It’s one of the most impressive shows in town, but uniquely this one’s best seen from the water! The Thames is lit up this winter as Illuminated River, longest public art project in the world and we’re itching to get our sea legs out and jump onto a Thames Clippers’ boat to check it out, as the River Bus service just introduced a series of epic art tours.
There are 17 bridges spanning the Thames between Albert Bridge and Tower Bridge (a fun office quiz, we got them all eventually!), from the mighty arches of Waterloo, constructed by women during the Second World War to the futuristic, formerly wibbly wobbly, Millennium Bridge. And the art project will eventually light 14 of them, but excitingly four of them have already opened to give us a sneak preview of the ambitious project conceived by internationally-acclaimed artist Leo Villareal and architects Lifschutz Davidson Sandilands, delivered by the Illuminated River Foundation and ideally seen from the deck of a Thames Clippers’ boat, Champagne in hand (or hot chocolate, depending on the weather).
The artwork is transforming the bridges, with sensitively developed lightshows that pay attention to the heritage, wildlife and the built environment around them to create an unparalleled experience. In other words, it should be really impressive and offers a real celebration of London.
Take the Millennium Bridge, London’s first new pedestrian bridge for over a century and opened to great fanfare in 2002. The sleek modern design might seem unimproveable, but not when there’s light involved. Originally inspired by superhero Flash Gordon (would you believe?) the lighting scheme of the bridge was designed to include a ‘blade of light’. However, this has been totally revamped, adding pulses of light to mirror the movements of pedestrians crossing the bridge, highlighting their faces and casting silhouettes that enhance the bridge structure.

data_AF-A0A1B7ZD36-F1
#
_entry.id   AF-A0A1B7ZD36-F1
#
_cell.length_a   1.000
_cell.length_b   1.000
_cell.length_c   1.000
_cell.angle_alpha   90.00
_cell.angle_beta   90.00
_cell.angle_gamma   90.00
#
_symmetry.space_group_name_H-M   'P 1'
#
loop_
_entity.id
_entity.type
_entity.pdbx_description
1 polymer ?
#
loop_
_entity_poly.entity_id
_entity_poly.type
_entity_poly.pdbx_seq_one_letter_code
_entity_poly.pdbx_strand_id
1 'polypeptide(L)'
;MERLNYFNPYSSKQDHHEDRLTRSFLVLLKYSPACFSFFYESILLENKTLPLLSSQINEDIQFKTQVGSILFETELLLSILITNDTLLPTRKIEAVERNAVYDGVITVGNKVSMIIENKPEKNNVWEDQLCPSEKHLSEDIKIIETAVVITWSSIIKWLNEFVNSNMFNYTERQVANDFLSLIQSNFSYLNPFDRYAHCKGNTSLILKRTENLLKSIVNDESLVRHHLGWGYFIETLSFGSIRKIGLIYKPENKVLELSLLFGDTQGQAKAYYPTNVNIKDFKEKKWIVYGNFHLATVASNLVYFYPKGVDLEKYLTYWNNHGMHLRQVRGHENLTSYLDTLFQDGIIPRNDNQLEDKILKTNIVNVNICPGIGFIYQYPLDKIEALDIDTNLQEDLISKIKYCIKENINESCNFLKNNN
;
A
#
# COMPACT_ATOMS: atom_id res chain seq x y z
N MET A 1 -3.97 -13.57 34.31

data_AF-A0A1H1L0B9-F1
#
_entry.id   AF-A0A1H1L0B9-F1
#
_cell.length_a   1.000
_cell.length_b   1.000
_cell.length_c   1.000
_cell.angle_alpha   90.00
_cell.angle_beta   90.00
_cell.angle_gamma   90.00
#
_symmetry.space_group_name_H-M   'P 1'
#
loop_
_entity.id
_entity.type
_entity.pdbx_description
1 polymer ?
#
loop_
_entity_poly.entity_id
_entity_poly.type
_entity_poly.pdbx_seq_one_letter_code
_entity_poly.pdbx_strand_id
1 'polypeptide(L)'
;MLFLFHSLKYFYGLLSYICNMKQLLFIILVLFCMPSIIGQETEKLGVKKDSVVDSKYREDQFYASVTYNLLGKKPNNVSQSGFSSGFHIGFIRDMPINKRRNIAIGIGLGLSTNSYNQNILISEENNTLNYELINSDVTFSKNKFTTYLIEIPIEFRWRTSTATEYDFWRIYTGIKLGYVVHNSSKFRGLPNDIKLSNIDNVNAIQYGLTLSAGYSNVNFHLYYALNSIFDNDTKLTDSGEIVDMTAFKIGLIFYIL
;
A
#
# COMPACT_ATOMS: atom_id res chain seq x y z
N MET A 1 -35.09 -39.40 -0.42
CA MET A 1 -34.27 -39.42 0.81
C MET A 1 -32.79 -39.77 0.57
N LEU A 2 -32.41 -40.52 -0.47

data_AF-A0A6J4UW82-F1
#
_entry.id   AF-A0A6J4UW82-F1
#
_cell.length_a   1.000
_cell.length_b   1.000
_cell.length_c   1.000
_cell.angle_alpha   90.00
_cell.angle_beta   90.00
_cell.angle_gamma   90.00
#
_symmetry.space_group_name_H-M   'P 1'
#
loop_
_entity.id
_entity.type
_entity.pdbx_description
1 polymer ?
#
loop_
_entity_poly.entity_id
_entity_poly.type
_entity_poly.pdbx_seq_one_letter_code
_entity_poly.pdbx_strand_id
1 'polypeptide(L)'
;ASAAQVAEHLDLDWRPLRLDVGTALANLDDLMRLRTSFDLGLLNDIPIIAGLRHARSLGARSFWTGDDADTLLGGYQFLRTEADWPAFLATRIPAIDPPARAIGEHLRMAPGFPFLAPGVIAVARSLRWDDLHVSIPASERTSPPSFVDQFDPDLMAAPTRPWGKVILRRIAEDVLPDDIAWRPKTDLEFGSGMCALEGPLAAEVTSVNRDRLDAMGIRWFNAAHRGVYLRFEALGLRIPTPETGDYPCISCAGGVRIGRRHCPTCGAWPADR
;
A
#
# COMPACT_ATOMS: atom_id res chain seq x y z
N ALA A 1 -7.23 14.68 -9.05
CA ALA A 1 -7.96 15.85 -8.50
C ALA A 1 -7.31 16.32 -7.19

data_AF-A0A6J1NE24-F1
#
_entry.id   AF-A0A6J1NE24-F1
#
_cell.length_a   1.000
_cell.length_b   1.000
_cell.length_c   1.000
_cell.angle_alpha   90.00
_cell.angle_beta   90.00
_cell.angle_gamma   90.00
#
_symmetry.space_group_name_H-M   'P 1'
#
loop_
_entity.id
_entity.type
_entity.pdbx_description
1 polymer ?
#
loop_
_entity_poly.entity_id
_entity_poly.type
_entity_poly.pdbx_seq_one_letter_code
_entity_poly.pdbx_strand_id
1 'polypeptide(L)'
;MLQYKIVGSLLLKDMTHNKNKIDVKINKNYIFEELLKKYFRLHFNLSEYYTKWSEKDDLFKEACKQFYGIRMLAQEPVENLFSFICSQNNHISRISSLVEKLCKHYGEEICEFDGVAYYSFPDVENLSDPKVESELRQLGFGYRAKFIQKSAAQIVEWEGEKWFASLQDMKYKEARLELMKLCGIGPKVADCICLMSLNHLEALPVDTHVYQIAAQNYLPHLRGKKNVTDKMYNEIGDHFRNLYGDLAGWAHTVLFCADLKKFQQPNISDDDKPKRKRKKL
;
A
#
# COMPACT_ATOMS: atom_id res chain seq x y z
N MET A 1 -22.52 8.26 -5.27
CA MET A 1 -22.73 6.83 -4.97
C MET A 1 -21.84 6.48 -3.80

Likewise, Cannon Street, one of the oldest bridges in London yet never lit up until now, has its utilitarian structure softened with lighting that mirrors the motion of the trains as they pass above. The same level of careful attention has been paid by Villareal throughout the project, with each bridge receiving its own special treatment.
So how best to enjoy the show? The answer has to be hopping on a Thames Clippers’ boat. They’ll be laying on weekly guided tours of the longest art installation in the world, on Saturdays or Thursdays between Tower Bridge and the Millennium Bridge. You have to book online, but if you’re not one of the folks who commute via River Bus every day, it’s well worth the excursion. The boats traverse London East to West all the way from Woolwich to Putney (normally you just rock up and pay via Oyster or contactless at one of the 23 piers along the Thames) and, apart from the convenience and speed, the best bit about them: they’ve got licensed bars onboard! And you don’t get that on a Routemaster!
So this winter and spring, order some bubbles from the bar and enjoy learning about the history of the bridges we all know and love, the artwork and enjoy the best possible vantage point of the entire show over the course of your voyage. And at £7.50 for adults (£5 for children) it’s great value and will make for a truly fascinating evening.
Booking is simple, just go online and choose any available day until Tuesday 26th May.